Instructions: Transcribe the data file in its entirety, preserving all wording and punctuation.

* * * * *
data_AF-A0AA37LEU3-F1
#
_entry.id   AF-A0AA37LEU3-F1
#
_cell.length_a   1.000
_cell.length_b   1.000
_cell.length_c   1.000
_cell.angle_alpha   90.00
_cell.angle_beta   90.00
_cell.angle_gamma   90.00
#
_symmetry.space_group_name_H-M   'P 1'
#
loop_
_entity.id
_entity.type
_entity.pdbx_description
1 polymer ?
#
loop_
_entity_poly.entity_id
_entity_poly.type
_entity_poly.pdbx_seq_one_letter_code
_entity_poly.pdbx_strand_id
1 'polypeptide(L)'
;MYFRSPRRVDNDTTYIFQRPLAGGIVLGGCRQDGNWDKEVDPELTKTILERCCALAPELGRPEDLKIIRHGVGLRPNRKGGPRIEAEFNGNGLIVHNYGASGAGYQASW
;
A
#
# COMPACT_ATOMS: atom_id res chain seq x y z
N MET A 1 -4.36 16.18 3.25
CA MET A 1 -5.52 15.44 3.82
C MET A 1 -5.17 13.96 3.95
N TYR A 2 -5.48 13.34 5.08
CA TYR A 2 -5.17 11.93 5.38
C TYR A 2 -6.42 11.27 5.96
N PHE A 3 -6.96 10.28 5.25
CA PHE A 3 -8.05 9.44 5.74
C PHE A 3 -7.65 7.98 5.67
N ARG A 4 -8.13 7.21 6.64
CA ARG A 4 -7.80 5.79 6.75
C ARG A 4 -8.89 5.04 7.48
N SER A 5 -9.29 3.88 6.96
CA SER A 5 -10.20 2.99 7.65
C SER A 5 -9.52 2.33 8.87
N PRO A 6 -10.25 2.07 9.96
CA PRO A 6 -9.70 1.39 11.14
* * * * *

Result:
data_AF-A0AA37LEU3-F1
#
_entry.id   AF-A0AA37LEU3-F1
#
_cell.length_a   1.000
_cell.length_b   1.000
_cell.length_c   1.000
_cell.angle_alpha   90.00
_cell.angle_beta   90.00
_cell.angle_gamma   90.00
#
_symmetry.space_group_name_H-M   'P 1'
#
loop_
_entity.id
_entity.type
_entity.pdbx_description
1 polymer ?
#
loop_
_entity_poly.entity_id
_entity_poly.type
_entity_poly.pdbx_seq_one_letter_code
_entity_poly.pdbx_strand_id
1 'polypeptide(L)'
;MYFRSPRRVDNDTTYIFQRPLAGGIVLGGCRQDGNWDKEVDPELTKTILERCCALAPELGRPEDLKIIRHGVGLRPNRKGGPRIEAEFNGNGLIVHNYGASGAGYQASW
;
A
#
# COMPACT_ATOMS: atom_id res chain seq x y z
N MET A 1 -4.36 16.18 3.25
CA MET A 1 -5.52 15.44 3.82
C MET A 1 -5.17 13.96 3.95
N TYR A 2 -5.48 13.34 5.08
CA TYR A 2 -5.17 11.93 5.38
C TYR A 2 -6.42 11.27 5.96
N PHE A 3 -6.96 10.28 5.25
CA PHE A 3 -8.05 9.44 5.74
C PHE A 3 -7.65 7.98 5.67
N ARG A 4 -8.13 7.21 6.64
CA ARG A 4 -7.80 5.79 6.75
C ARG A 4 -8.89 5.04 7.48
N SER A 5 -9.29 3.88 6.96
CA SER A 5 -10.20 2.99 7.65
C SER A 5 -9.52 2.33 8.87
N PRO A 6 -10.25 2.07 9.96
CA PRO A 6 -9.70 1.39 11.14